I was a big fan of the cartoon “Star Blazers” when I was a kid, and having seen the live action Japanese remake last year, I wondered…

    a) Would aliens, bombarding the Earth with radioactive meteors (good tactic for obliterating a planet) actually be able to live in a highly radioactive environment? If all life on the surface of the Earth were wiped out by radioactivity, could another life form take it’s place?

    b) The Iscandarans (the good aliens) produce a cure for the radiation-saturated Earth. Is there any way to instantly negate radiation, even theoretically? Would it be possible to use scientific theory to ‘cure’ places like Chernobyl and the Japanese disaster of a few years ago? Is that just technology so advanced that it would seem like magic? Or is it just fantasy?

  6. Mikey

    @Crux – you nailed it.

    In the original (according to the articles I read 15 years ago) the Robot gets to speak, and is very active in the plot. The American translation took the voice away from the Robot (the worker), which is not surprising, considering the attitudes Broadway producers would have had towards anything that supported the voice of labourers (for further fun, find out about Cradle Will Rock).

    The prize is… my eternal admiration!

  7. Gary

    Phil, if you see this, could you answer my question (I’m sorry that I missed the live session). You’re a big Dr Who and Torchwood fan and a Galaxy-class skeptic, so how do you feel about the use of pseudoscience ideas in those shows? Examples; Dr Who met Charles Dickens and criticised him for his skepticism with spiritualism, saying that spirits were effectively ‘real’ and in Torchwood they had an episode saying Rupert Sheldrake’s ‘morphic fields’ were ‘fact’ and not ‘scientific theory’. Doesn’t these ideas encourage the woo-woo community and give them the false impression that their ideas are really scientific?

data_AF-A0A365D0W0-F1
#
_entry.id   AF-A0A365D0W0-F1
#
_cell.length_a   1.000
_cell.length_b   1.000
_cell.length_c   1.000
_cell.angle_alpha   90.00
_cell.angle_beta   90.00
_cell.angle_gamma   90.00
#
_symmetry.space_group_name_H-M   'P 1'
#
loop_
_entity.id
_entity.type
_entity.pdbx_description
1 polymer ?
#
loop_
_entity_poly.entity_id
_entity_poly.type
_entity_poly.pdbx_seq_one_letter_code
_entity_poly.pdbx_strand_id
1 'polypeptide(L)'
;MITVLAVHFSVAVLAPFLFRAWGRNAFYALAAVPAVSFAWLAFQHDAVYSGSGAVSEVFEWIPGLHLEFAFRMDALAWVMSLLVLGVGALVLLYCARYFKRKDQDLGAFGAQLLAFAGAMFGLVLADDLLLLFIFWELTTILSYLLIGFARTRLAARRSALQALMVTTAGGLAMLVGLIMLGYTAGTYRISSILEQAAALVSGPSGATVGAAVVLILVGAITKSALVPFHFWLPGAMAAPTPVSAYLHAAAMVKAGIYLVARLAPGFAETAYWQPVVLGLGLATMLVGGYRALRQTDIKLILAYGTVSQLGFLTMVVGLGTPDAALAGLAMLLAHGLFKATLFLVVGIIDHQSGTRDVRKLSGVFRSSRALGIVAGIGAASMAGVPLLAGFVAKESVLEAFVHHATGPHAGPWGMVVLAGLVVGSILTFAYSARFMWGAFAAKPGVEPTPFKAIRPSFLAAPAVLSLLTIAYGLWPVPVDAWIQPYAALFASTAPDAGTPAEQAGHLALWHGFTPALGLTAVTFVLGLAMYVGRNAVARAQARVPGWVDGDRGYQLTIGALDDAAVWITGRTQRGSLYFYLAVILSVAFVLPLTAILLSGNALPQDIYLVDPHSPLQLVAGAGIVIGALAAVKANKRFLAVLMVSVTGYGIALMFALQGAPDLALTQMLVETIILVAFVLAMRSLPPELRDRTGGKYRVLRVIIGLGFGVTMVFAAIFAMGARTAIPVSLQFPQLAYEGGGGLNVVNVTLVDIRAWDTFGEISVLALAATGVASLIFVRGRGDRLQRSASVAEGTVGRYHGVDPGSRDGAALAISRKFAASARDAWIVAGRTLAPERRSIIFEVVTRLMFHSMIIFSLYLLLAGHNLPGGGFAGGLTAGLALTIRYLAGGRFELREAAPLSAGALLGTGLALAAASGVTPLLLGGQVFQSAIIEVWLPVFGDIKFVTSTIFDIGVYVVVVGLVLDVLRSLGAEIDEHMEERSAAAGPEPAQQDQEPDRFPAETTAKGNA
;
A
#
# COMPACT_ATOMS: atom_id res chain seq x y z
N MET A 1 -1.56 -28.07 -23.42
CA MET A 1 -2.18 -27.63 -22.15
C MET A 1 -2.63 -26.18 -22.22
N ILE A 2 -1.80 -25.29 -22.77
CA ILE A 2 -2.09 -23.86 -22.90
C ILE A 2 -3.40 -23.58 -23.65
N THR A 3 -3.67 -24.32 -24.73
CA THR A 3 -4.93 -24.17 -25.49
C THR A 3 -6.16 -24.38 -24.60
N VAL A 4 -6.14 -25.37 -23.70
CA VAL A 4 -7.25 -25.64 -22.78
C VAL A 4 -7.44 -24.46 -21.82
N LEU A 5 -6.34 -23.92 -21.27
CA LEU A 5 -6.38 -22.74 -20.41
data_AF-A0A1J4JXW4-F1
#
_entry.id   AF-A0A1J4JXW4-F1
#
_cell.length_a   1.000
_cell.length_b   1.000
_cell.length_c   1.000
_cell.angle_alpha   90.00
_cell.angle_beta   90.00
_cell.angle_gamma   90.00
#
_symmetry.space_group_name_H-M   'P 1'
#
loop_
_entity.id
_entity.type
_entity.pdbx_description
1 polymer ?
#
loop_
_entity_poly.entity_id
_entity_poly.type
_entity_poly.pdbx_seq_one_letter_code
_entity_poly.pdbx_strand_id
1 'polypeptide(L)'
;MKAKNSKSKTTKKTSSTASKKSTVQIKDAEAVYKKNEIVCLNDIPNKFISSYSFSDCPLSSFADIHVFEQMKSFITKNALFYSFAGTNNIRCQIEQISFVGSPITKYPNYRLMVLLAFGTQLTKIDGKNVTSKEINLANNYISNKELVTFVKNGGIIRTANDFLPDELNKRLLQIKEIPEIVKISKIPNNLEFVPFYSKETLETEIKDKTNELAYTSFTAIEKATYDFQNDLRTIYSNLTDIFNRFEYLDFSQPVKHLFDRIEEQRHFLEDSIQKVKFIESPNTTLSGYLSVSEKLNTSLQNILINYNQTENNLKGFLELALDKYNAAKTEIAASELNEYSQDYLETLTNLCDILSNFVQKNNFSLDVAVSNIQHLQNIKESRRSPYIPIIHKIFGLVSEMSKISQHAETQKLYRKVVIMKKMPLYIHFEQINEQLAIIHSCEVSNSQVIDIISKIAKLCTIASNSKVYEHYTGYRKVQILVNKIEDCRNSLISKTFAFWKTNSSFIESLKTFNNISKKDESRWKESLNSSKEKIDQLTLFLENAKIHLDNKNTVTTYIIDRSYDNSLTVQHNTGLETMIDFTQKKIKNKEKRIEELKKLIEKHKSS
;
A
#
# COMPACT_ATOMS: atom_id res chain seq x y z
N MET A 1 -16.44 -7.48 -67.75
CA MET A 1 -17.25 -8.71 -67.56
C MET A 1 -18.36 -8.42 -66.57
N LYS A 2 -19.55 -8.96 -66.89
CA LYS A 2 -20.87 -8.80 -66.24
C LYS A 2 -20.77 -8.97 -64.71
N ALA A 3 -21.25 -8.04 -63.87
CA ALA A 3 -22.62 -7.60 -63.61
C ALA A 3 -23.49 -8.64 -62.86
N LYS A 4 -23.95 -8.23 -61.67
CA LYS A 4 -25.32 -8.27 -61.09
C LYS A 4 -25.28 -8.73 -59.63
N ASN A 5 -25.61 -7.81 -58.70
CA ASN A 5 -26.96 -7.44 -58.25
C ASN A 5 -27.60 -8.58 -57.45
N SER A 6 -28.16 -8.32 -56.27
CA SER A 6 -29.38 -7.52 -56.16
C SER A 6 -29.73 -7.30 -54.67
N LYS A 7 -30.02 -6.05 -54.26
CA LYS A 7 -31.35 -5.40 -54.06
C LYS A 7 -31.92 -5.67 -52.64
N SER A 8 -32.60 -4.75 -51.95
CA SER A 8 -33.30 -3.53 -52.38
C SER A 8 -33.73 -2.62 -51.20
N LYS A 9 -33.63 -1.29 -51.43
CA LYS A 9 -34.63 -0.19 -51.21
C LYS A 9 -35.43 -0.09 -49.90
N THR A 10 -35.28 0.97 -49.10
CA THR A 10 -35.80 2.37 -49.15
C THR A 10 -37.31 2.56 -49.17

8. Tara Li

    I am iffy on the acceleration/gravity equivalence – two pendulums settles the issue.

    Thrust is linear, so the pendulums will be parallel. Gravity is towards the center of mass, and so the pendulums will be (ever so minutely) non-parallel.

  9. Tara Li

    Red matter was just strangelet matter – which of course is highly theoretical at best… And perhaps they could have used it better… But that’s Hollywood for you!

  10. Tara Li